Colleges’ Use of Adjuncts Continues To Climb

When Rob Balla left advertising to teach college, he thought it would take two or three years to land a full-time job.

Nine years later, he’s still stringing together part-time jobs, even though he has two bachelor’s and two master’s degrees and teaches beginning writing courses — the bread and butter of many freshman schedules.

“I have a conversation with my family every single semester about how long I can stay with this,” he said. “I don’t know how much longer I can last.”

Balla, 41, is among the hundreds of “road scholars” who teach part time at colleges nationwide.

Their ranks have swelled so much since the 1970s that today they account for about 700,000 of the 1.8 million faculty at two- and four-year institutions nationwide, according to the Higher Education Research Institute at UCLA.

At the University of Akron, almost six out of 10 instructors work part time, the highest ratio of part- to full-timers in the state, according to figures the public universities supplied.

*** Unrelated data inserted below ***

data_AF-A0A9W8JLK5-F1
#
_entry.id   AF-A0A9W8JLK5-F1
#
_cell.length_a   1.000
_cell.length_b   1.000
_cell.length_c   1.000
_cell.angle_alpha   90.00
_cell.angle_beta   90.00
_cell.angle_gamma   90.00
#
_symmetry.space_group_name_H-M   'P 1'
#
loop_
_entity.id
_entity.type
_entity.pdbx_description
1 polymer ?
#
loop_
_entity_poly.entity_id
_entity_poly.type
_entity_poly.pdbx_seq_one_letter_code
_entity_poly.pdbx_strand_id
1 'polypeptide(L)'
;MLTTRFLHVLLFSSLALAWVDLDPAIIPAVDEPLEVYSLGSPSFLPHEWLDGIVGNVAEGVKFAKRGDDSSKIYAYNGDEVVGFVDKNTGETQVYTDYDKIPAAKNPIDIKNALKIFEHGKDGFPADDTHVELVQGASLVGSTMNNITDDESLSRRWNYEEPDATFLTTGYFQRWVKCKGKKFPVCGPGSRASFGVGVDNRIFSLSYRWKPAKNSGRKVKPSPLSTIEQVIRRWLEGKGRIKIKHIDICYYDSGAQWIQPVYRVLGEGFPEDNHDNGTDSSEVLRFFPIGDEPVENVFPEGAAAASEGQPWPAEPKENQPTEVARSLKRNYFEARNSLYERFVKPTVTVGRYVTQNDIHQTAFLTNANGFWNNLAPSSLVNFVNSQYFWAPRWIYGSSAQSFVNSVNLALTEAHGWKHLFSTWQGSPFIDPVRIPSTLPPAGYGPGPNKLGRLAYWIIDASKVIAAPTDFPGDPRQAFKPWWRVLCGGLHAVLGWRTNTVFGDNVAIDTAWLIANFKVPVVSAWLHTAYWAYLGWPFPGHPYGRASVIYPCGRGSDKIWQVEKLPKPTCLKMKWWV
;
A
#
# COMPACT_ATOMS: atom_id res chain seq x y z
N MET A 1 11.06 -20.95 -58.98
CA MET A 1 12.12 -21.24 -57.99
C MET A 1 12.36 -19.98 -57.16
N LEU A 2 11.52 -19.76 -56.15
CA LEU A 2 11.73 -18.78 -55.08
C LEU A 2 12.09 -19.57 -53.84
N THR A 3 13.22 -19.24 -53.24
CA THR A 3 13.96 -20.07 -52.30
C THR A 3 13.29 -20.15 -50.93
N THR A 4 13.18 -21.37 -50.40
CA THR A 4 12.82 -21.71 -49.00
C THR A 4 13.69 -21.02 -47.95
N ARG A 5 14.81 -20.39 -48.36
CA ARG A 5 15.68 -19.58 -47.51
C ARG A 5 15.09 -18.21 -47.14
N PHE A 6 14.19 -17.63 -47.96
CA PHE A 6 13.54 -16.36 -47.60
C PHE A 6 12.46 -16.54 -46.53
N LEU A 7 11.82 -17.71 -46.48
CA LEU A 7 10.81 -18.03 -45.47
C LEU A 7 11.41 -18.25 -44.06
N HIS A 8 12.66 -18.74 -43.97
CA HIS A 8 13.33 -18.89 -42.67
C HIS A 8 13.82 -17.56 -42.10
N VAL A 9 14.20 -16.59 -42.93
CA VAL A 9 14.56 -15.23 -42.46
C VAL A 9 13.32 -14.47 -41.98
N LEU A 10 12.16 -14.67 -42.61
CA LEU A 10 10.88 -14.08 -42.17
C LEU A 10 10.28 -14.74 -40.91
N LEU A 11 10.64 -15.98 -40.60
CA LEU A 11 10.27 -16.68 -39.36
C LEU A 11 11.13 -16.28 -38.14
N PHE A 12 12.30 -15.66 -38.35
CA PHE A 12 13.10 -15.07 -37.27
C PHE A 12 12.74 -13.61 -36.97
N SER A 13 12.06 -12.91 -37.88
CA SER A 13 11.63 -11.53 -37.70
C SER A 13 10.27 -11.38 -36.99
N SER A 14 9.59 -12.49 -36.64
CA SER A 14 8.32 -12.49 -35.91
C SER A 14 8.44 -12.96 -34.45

Not only is the number of part-timers high, so is the number of course sections they teach. In fall 2011, part-timers (2,720) taught more sections of undergraduate courses than did full-time faculty (2,591). In other words, an undergraduate had about a 50/50 chance of getting a part-time instructor.

The heavy reliance on part-timers has cost Akron: It was denied a Phi Beta Kappa chapter about three years ago for that reason. The honor society, America’s oldest and arguably most prestigious, has chapters in six tax-supported universities in Ohio, including Kent State and Ohio State.

The issue of part-time faculty is a sensitive one for Akron Provost Mike Sherman, who oversees university academics.

He points out that Akron alone among Ohio universities has a two-year college of its own, and two-year colleges typically hire more part-timers than do four-year schools. Those distinctive staffing needs can’t be discounted, and they skew Akron’s part-time staffing to the high side, he said.

And the high number of part-timers is not necessarily a bad thing, Sherman said. <Read more.>

Via Carol Biliczky, Akron Beacon Journal on Community College Week.

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